Workplace Injuries That Land You in Hospital

stigma and barriers

This article provides some of the key learnings from a report out of the Australian Institute of Health and Welfare on trends in hospitalised injury in Australia 1999-2015.

Workplace injuries that are presented in this report include falls, hand injuries and coming into contact with moving objects.

This article covers:

  • Workplace injuries as result of a fall, being struck and eye injuries
  • How males are more likely to suffer an injury in comparison to females, with 20-24 year old males most at risk
  • The non-fatal burdens of workplace injury
  • What our clients have been telling us about the nature of workplace injuries

Workplace Injuries as a Result of a Fall

Fall injury cases that required hospitalisation make up 41% of all hospitalised injury cases and saw an increase of 10% in 2014-15 compared to the previous year. In 50% of the cases fractures were the result of a fall.

As an adult, the older you become the more likely you are to fall. Men between 20-50 years old are more likely to fall than women.

Falls on the same level from slipping, tripping and stumbling accounted for more than one-quarter of all fall injuries (28%).

55,737 people slipped, tripped or stumbled and fell!

Fall Injuries Where Males Outnumber Females by More Than 3:1 Were:

1. Other fall on same level due to collision with, or pushing by, another person;

2. Fall on and from a ladder;

3. Fall on and from scaffolding; and

4. Fall from, out of or through building or structure.

A whopping 5,256 people fell off a ladder in the five year period.

There is one solution that can help – Tap into Safety.

Whether looking to deliver induction training in the classroom, online or using smart devices, a simple hyperlink integration is available to the Cloud-hosted software.

Tap into Safety offers interactive and engaging work health and safety training.

The software has been designed to support workers with low literacy or minimal English language capabilities.

The Platform uses real workplace photographic, panoramic examples that workers relate to because they show their work sites or typical examples of their work areas, rather than gifs and cartoons depicting workplace hazards e.g. manual handling examples of lifting a box in an office setting.

The training is delivered using a micro-learning methodology and can even be accessed by sub-contractors with their competencies verified before they step foot on site.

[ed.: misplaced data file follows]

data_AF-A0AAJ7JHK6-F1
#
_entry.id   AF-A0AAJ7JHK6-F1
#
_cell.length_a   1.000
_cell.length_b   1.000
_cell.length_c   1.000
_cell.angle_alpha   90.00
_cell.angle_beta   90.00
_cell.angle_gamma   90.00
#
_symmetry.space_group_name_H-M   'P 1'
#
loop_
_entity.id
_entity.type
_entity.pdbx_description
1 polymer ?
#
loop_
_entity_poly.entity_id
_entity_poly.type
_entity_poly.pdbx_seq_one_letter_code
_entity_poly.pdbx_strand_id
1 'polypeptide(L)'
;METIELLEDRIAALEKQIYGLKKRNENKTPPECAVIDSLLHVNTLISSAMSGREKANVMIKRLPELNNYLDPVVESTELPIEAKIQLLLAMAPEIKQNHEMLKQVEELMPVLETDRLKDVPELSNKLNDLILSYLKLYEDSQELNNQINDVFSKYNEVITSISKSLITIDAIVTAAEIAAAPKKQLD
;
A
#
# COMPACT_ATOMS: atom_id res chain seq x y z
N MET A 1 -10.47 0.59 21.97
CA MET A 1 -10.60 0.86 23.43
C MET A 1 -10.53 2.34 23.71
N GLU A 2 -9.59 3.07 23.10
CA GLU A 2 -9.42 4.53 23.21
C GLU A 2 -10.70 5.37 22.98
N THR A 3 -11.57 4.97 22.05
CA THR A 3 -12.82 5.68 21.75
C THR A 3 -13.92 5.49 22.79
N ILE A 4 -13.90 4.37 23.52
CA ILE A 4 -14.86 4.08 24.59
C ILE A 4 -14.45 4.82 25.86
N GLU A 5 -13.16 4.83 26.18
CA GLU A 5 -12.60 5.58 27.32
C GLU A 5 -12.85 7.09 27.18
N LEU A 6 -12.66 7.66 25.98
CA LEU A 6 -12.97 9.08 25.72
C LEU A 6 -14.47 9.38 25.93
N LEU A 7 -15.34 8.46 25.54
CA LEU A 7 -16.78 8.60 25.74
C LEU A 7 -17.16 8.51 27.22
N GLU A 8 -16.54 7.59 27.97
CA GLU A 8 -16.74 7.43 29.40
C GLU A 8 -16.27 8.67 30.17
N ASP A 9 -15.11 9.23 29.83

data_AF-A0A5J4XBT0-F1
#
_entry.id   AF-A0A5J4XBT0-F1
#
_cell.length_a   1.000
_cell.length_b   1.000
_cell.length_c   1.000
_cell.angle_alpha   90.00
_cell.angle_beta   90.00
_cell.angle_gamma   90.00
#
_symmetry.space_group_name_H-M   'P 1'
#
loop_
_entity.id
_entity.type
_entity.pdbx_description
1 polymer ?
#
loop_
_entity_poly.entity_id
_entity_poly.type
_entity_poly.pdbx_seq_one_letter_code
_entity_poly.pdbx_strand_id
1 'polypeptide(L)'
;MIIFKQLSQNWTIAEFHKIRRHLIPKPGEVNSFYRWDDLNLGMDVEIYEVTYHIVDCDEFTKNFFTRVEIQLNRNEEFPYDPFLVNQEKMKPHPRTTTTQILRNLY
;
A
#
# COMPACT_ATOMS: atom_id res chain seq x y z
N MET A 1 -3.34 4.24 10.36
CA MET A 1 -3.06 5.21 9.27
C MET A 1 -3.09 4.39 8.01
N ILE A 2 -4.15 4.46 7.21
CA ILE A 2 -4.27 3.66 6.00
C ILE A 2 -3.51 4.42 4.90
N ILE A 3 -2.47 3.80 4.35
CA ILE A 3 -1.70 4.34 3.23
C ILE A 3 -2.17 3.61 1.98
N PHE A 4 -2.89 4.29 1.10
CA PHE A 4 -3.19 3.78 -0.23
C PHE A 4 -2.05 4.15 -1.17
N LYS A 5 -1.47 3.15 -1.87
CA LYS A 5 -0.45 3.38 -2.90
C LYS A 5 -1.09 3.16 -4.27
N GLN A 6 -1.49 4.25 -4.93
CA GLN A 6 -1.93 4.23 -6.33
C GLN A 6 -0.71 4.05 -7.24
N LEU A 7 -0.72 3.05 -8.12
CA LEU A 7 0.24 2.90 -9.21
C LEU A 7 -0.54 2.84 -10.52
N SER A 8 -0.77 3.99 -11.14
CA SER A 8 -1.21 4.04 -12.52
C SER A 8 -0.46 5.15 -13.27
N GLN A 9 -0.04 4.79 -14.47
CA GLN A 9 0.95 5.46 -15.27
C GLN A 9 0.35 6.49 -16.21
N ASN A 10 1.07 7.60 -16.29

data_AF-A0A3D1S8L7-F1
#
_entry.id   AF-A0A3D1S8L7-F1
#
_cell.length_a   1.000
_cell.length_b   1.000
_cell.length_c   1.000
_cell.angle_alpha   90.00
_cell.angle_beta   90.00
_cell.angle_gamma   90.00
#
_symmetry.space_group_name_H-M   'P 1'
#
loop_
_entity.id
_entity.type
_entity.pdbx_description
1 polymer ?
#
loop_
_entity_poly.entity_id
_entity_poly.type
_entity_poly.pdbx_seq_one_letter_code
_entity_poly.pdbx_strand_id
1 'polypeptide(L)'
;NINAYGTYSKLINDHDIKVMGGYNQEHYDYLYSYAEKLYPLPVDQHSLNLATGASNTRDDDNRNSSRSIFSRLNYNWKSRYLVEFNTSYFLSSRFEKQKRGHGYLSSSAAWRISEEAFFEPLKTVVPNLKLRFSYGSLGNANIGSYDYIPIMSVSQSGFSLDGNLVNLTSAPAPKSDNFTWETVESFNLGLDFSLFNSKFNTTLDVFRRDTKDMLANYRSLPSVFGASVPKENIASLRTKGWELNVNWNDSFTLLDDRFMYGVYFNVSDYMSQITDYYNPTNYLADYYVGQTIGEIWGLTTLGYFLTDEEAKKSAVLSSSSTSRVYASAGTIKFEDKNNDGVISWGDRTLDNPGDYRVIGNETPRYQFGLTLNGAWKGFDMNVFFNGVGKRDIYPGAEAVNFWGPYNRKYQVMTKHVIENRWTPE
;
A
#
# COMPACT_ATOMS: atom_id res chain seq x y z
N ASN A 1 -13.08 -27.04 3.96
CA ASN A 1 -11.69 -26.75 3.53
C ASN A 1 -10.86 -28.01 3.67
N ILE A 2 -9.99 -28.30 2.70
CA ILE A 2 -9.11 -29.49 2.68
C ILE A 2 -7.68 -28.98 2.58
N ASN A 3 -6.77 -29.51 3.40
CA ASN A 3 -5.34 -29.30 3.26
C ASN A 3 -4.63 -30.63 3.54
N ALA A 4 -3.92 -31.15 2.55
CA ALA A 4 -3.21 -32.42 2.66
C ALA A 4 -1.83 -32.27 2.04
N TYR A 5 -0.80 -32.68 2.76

There is pre-built content focusing on Falls in Commercial Construction and Residential Construction already available to simply upload and use immediately.

If you’d like to know more please click through or try a free online demo.

Workplace Injuries as a Result of Being Struck

The workplace is full of risks where people can come into contact with inanimate mechanical forces, where they are unintentionally struck, crushed and contacted by objects.

These injuries also include being caught between moving machinery, exposure to noise and vibration, high-pressure hoses, power tools, projectiles and falling objects, and hand and eye injuries.

Construction sites, for example, have workers encountering these hazards on a regular basis.

Cases due to inanimate mechanical forces made up 14% of all hospitalised injury cases.

Coming into contact with inanimate mechanical forces was the second largest contributor to hospitalised injury.

20-24 Year Old Males Most at Risk

The report reveals that males accounted for 80% of the injuries with 50,000 people hurt in the five year period.

  • Wrist and hand injuries were the most common (49%);
  • Injuries included open wounds and fractures; and
  • Striking against or struck by other objects accounted for 16% of injuries due to inanimate mechanical forces.

Injuries increased by 0.7% in 2014-15 compared to the previous year.

Recommended Reading: The National Injury Prevention and Safety Promotion Plan

Eye Injuries

Approximately 3,000 eye injury cases occurred at the workplace and the Australian Institute of Health and Safety report that this number is likely to be an underestimate because information on activity while injured was not reported for 69% of cases.

The World Health Organization (WHO) estimated that in 2010, 285 million people were affected by visual impairment globally; 39 million of these were blind and 246 million had low vision. Approximately 1.6 million people globally were estimated to be living with blindness due to eye injuries.

Recommended reading: Adelman & Raducu, 2016.

Analysis of 11,320 eye records from the United States Eye Injury Registry (USEIR) database concluded that eye injuries sustained during a fall had a poor prognosis, with every second person with an eye injury remaining blind.

Recommended reading: Kuhn et al, 2006.

Non-fatal Burden of Workplace Injuries

Workplace injuries can have a long-term impact on a person’s life. The non-fatal burden is a measure of healthy years lost due to ill health.

In 2011, Australians lost 84,260 years of healthy life due to the impact of living with injury.

Total disease burden in Australia in 2011:

  1. Cancer (19%)
  2. Cardiovascular diseases (15%)
  3. Mental and substance-use disorders (12%)
  4. Musculoskeletal conditions (12%)
  5. Injuries (9%)this figure consists of 69% for males and 62% for females

The non-fatal burden of injury was more than twice as high in males, who lost 60,432 years of healthy life compared with 23,828 years for females.

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